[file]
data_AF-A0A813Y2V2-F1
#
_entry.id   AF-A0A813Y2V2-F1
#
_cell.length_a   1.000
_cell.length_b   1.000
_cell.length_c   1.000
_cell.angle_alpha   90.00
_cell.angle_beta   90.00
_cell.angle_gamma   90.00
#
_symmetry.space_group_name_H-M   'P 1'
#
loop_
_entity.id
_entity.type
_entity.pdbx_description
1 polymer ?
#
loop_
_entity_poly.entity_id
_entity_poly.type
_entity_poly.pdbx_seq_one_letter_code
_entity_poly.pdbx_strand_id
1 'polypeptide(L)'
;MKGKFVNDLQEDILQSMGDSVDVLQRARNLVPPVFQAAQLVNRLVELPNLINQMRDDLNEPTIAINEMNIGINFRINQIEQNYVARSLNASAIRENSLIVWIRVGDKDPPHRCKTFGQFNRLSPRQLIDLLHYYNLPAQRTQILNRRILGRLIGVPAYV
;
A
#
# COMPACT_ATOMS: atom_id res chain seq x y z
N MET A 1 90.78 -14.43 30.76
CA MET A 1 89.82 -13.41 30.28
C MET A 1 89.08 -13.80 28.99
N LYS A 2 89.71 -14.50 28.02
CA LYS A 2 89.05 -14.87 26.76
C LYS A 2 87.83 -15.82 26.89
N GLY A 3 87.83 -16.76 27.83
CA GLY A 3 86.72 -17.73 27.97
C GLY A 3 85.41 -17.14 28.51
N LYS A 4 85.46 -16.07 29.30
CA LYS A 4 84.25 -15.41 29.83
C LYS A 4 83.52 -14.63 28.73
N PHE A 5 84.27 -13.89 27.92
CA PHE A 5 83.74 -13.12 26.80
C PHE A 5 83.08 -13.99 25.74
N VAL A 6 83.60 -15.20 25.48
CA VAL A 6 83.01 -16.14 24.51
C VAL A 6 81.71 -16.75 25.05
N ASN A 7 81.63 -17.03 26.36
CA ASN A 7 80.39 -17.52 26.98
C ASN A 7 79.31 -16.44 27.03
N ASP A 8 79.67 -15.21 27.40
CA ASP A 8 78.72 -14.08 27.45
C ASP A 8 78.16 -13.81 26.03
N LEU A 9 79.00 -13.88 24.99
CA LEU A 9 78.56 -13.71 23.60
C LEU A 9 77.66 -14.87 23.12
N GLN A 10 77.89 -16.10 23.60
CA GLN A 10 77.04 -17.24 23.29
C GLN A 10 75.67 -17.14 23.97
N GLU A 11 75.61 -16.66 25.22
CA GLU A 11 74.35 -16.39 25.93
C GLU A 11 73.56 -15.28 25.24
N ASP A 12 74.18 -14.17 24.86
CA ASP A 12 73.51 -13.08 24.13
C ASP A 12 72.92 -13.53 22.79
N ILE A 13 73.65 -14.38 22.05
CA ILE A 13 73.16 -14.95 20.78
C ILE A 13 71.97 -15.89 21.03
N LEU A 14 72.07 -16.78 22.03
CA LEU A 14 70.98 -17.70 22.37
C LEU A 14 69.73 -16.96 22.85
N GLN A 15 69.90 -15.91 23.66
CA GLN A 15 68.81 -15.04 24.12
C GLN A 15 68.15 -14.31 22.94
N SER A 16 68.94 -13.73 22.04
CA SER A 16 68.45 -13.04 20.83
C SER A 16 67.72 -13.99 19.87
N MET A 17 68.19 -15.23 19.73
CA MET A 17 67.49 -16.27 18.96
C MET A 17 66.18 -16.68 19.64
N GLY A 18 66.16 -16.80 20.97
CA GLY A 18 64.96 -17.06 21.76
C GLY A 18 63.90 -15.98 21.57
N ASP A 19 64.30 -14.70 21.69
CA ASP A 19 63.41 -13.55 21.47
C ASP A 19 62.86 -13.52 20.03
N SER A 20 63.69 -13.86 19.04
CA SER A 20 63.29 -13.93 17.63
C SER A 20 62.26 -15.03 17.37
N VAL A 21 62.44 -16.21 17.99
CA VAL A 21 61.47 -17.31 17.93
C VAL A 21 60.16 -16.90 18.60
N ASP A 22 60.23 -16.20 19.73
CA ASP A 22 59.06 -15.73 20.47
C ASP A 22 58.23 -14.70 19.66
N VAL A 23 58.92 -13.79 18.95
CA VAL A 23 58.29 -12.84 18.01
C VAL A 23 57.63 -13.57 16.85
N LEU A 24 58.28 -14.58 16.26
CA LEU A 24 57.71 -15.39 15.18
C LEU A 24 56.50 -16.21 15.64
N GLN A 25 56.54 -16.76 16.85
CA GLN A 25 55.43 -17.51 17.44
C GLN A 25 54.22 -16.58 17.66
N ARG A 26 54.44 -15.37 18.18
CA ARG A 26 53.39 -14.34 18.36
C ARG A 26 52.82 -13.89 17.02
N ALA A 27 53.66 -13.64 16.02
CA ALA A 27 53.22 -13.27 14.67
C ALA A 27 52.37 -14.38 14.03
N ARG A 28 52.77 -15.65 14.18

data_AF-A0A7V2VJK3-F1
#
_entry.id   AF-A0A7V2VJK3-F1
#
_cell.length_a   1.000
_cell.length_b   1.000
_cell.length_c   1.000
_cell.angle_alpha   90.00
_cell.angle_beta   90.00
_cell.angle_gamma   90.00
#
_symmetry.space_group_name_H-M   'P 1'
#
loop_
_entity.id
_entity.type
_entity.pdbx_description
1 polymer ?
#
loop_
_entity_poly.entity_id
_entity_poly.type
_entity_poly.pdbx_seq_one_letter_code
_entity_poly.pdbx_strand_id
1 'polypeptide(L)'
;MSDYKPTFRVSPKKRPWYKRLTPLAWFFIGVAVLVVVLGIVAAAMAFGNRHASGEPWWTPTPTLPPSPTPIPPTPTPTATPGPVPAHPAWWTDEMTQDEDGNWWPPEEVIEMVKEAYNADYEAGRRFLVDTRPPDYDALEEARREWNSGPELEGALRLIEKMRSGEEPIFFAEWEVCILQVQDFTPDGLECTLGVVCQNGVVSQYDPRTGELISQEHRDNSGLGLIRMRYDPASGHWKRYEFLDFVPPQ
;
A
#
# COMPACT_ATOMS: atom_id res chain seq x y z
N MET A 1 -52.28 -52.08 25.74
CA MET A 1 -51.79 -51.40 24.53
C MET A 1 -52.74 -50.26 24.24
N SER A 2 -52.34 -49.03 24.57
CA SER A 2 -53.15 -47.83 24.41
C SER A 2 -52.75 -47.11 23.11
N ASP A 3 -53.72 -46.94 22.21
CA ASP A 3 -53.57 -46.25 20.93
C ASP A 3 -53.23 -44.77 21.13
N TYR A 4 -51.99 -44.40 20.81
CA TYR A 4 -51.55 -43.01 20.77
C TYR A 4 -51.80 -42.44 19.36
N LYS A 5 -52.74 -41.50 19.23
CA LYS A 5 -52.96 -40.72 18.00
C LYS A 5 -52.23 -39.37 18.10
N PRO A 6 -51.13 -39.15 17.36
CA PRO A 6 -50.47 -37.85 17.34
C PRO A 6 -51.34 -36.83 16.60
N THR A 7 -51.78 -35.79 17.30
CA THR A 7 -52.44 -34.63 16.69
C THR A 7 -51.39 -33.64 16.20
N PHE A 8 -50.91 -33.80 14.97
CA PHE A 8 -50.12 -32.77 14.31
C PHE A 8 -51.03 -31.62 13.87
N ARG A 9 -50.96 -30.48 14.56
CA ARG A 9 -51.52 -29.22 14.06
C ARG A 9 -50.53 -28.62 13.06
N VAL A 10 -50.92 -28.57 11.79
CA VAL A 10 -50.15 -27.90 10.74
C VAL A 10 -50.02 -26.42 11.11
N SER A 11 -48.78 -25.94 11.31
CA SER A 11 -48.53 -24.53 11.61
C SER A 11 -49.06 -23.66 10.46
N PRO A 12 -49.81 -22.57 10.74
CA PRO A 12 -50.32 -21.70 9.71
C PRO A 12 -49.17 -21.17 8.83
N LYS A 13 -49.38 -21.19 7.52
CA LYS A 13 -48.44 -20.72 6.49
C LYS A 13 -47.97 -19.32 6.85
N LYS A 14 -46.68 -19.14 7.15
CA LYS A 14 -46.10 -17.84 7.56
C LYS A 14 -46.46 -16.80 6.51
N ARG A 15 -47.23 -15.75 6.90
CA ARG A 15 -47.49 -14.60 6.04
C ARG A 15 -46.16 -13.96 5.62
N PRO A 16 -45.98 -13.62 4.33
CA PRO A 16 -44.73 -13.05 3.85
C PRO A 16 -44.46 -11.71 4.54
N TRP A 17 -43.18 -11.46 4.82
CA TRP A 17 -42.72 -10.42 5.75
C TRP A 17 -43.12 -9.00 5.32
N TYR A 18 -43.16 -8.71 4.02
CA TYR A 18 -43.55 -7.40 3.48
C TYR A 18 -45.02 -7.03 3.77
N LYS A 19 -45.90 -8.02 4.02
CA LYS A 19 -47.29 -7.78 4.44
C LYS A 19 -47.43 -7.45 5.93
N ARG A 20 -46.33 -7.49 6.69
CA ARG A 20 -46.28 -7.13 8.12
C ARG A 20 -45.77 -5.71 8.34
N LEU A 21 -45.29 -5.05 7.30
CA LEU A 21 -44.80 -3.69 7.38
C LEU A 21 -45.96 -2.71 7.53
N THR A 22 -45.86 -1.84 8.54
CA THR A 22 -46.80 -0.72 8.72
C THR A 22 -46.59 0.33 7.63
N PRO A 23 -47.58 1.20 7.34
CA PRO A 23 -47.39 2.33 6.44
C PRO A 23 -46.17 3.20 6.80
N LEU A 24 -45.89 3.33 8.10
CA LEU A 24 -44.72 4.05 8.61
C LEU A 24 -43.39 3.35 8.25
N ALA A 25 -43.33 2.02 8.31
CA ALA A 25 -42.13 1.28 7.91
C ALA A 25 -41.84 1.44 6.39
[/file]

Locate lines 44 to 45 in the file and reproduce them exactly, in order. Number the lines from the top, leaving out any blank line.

CA PHE A 5 83.74 -13.12 26.80
C PHE A 5 83.08 -13.99 25.74